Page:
The British Home Secretary has warned that a new proposal from the Culture Secretary to increase Chinese tourism to the U.K. by making it easier for nationals from China to obtain visas, may pose a national security threat.
Theresa May expressed her concerns in a leaked letter to Downing Street written by her principal private secretary, criticizing aspects of Culture Secretary Jeremy Hunt's £8 billion ($12.56 billion) marketing campaign geared toward Chinese tourists -- particularly his claim that the U.K.'s separation from the E.U.'s 25-nation Schengen free travel zone was discouraging tourism from China.
"The hypothesis that because the U.K. is outside the Schengen visa, we have to work harder to attract Chinese visitors is weak and based on anecdotal evidence," read the letter, first seen by the Daily Telegraph.
"Indeed the hard evidence shows the opposite," adding that one in four Schengen visa applicants also applied for a U.K. visa."
Hunt suggested that U.K. visas be automatically granted free of charge to holders of Schengen visas, a proposal which May's letter characterized as "unacceptable ... for national security reasons."
"We have real evidence that the Schengen process around ADS (Approved Destination Status) agents does not match the U.K.'s scrutiny and decision quality or apply the same risk assessments," the letter continued.
May's letter argued that a relaxation of visa policies could lead to an influx of asylum-seekers and criminals from China, citing figures that showed 1,000 asylum applications in 2011 and 400 "Foreign National Offenders" are currently in the process of deportation.
She added that the U.K. is facing "significant challenges" with Chinese organized crime, "including drugs, money laundering, fraud, criminal finances, intellectual property, immigration and cyber crime."
"Our visa regime is a key tool in supporting out agenda to protect the public against significant harm," the letter read.
But What About The Money?
Hunt's plan hopes to cash in on London's post-Olympics buzz, targeting Chinese tourists who, on average, spend three times more than other overseas visitors.
"Nobody should underestimate the opportunity China and its cities represent," said Hunt, announcing his plan Tuesday.
"By 2030, China should have around 1.4 billion middle class consumers -- creating a potential market four times bigger than America."
The U.K. currently receives around 150,000 Chinese tourists every year, a figure that Hunt is hoping to increase to 500,000 by 2015, which is expected to generate an additional £500 million ($787.1 million) in spending for the country's tourism industry, creating over 14,000 new jobs.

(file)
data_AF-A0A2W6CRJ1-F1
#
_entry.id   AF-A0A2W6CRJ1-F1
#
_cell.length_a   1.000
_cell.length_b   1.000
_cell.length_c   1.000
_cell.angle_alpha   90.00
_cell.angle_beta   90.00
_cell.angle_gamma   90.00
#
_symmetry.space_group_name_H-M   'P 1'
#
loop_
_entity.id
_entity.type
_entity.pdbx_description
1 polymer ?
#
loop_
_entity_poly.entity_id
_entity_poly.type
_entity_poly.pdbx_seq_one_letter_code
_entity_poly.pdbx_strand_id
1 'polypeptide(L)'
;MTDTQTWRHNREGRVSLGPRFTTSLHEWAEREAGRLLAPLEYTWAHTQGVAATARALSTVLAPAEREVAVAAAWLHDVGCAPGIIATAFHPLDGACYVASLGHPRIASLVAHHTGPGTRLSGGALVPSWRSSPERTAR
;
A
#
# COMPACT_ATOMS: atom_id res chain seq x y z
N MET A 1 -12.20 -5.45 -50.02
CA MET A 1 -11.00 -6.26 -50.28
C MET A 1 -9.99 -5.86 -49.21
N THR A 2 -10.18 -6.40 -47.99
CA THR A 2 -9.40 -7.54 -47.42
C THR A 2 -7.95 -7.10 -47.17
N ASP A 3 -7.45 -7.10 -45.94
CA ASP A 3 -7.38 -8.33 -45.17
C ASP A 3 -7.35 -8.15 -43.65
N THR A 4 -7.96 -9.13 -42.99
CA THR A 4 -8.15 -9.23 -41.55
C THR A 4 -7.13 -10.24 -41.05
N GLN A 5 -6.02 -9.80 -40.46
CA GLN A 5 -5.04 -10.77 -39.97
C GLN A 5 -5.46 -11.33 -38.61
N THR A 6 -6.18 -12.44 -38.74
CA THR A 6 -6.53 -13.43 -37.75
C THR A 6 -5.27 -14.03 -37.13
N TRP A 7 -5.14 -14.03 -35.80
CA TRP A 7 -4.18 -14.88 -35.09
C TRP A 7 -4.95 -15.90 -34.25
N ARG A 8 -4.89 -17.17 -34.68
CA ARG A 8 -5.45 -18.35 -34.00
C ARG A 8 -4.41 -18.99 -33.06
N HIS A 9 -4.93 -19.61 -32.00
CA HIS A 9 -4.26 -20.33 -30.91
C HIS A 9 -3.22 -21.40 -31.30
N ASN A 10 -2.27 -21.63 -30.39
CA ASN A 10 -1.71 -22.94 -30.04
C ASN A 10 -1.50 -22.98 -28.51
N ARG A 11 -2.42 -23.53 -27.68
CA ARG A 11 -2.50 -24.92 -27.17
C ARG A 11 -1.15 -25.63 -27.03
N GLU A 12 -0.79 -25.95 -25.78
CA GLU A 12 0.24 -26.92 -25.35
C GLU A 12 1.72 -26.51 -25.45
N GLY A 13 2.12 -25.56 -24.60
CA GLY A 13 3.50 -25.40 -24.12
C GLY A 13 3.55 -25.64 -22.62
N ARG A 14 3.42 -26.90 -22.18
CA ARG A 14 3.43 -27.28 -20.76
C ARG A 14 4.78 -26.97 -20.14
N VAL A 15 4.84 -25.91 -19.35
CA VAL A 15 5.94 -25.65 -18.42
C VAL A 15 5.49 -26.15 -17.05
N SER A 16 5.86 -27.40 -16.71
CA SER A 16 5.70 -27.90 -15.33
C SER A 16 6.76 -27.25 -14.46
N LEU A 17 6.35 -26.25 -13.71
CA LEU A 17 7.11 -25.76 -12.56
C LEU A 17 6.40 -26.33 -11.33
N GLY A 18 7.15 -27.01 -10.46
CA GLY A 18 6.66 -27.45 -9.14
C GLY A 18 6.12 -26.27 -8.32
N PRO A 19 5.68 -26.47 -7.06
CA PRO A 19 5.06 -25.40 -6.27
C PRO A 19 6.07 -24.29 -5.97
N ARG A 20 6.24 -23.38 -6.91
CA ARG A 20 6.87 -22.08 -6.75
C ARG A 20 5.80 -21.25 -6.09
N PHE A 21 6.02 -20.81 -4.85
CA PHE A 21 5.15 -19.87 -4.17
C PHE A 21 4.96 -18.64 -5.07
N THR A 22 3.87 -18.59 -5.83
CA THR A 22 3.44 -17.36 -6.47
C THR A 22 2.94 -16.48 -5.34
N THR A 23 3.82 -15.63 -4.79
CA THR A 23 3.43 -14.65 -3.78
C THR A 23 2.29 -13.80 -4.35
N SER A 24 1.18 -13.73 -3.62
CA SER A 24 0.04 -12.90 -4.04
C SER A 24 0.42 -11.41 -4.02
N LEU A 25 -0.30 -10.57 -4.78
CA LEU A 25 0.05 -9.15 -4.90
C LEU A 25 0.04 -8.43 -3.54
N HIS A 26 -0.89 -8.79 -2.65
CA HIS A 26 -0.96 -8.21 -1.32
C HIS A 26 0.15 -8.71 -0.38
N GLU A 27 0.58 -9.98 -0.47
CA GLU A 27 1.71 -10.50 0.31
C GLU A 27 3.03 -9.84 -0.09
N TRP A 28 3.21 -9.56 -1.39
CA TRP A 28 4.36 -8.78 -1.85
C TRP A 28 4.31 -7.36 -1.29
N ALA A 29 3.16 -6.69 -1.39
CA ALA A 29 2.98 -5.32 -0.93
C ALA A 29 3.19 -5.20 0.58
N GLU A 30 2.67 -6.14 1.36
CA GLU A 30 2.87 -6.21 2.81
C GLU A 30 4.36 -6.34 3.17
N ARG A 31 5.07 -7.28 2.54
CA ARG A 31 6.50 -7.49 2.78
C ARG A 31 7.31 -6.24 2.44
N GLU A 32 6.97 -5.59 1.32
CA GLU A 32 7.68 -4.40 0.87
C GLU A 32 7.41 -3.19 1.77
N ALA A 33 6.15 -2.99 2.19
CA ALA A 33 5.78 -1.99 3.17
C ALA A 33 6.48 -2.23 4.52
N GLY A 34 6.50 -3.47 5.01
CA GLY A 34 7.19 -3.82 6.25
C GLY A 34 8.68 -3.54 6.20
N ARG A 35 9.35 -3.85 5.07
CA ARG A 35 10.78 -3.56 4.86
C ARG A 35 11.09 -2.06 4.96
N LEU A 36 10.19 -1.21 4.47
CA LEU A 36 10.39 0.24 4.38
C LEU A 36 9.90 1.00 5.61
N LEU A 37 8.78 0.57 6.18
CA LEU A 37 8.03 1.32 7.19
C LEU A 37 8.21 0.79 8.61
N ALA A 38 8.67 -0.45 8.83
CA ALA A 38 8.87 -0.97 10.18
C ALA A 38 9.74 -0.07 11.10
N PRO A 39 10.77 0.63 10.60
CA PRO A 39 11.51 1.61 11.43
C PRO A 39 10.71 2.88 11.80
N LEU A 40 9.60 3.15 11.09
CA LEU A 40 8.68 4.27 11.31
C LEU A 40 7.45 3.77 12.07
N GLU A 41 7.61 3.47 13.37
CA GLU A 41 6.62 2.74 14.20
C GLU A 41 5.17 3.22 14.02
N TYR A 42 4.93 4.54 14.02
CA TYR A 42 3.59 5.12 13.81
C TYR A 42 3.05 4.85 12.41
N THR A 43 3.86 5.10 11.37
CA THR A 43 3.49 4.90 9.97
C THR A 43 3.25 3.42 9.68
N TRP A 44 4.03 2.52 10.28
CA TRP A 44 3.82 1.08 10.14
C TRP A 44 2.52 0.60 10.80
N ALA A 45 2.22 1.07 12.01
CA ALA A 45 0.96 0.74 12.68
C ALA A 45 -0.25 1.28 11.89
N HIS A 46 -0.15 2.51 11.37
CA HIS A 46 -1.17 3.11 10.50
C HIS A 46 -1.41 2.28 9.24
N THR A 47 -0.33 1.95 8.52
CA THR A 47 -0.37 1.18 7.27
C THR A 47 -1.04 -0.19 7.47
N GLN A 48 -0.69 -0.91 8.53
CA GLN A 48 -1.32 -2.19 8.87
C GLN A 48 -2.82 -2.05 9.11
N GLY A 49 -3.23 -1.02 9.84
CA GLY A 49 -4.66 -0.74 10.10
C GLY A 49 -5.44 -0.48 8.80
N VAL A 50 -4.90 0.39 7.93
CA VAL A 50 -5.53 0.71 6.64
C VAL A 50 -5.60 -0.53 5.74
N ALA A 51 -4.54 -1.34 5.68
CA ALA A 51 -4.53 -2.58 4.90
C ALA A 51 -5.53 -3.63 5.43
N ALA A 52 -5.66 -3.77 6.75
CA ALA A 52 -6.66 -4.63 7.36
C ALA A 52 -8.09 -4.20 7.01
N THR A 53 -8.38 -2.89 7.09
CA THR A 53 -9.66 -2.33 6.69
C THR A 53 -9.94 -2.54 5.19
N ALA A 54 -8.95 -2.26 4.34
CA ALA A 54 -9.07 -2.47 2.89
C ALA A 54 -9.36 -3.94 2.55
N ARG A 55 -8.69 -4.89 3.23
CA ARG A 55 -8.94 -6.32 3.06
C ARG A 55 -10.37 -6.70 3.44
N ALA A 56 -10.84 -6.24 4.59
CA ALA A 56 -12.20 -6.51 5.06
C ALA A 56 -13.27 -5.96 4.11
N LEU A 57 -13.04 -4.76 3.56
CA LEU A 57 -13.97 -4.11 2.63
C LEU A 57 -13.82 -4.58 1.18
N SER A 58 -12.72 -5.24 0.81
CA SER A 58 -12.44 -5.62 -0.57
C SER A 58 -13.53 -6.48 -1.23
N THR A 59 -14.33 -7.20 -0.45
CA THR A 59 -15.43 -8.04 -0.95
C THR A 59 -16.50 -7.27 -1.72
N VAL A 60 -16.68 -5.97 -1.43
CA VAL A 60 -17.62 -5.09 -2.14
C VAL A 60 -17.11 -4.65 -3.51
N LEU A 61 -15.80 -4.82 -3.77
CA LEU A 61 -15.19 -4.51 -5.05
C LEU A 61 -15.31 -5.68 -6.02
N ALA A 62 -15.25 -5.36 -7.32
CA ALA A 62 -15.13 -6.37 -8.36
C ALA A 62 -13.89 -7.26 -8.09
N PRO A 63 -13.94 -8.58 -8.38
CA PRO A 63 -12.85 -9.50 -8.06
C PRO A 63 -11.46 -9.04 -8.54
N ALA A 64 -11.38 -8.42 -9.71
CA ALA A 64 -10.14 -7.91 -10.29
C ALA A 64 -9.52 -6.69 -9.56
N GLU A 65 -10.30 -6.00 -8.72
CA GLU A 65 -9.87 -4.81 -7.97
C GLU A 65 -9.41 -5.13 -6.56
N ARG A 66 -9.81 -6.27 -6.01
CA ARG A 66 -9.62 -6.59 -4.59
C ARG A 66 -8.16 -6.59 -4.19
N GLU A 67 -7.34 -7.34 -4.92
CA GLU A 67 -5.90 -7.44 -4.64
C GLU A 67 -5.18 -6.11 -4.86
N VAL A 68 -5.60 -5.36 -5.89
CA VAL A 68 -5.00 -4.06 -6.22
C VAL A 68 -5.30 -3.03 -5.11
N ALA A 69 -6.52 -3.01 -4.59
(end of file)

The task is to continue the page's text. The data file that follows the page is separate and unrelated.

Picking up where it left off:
"The Home Secretary welcomes a marketing strategy for attracting more Chinese tourists and we will actively support these aims whilst continuing to ensure secure border controls," the letter read, while questioning Hunt's suggestion that visas were the central issue for tourists.
"If we are to increase our share of the tourist market (compared to Europe) we need to look far wider than visas," it continued.
"Research shows that there are multiple factors that might influence a decision to travel to the UK -- visas are just one and not the main influencer."
May's letter also pointed out that the visa application process has been streamlined since the previous year, and yet applications were down this summer, which she attributed to the increase in airfare and accommodations as a result of the Olympics.
The letter also cited research from the U.K.'s national tourism agency VisitBritain that indicates the most important factor for Chinese tourists in selecting a destination is "scenic natural beauty," which the agency found the U.K. ranked 10th in comparison to other countries.
"The same research shows that only 28 percent of Chinese who visit the U.K are extremely likely to recommend the U.K. afterwards (compared to 39 percent on average for all tourists). It is these types of perceptions before visiting the U.K and experiences in the U.K. that need urgent attention if we are to achieve the goal of 500,000 tourists," the letter read in closing.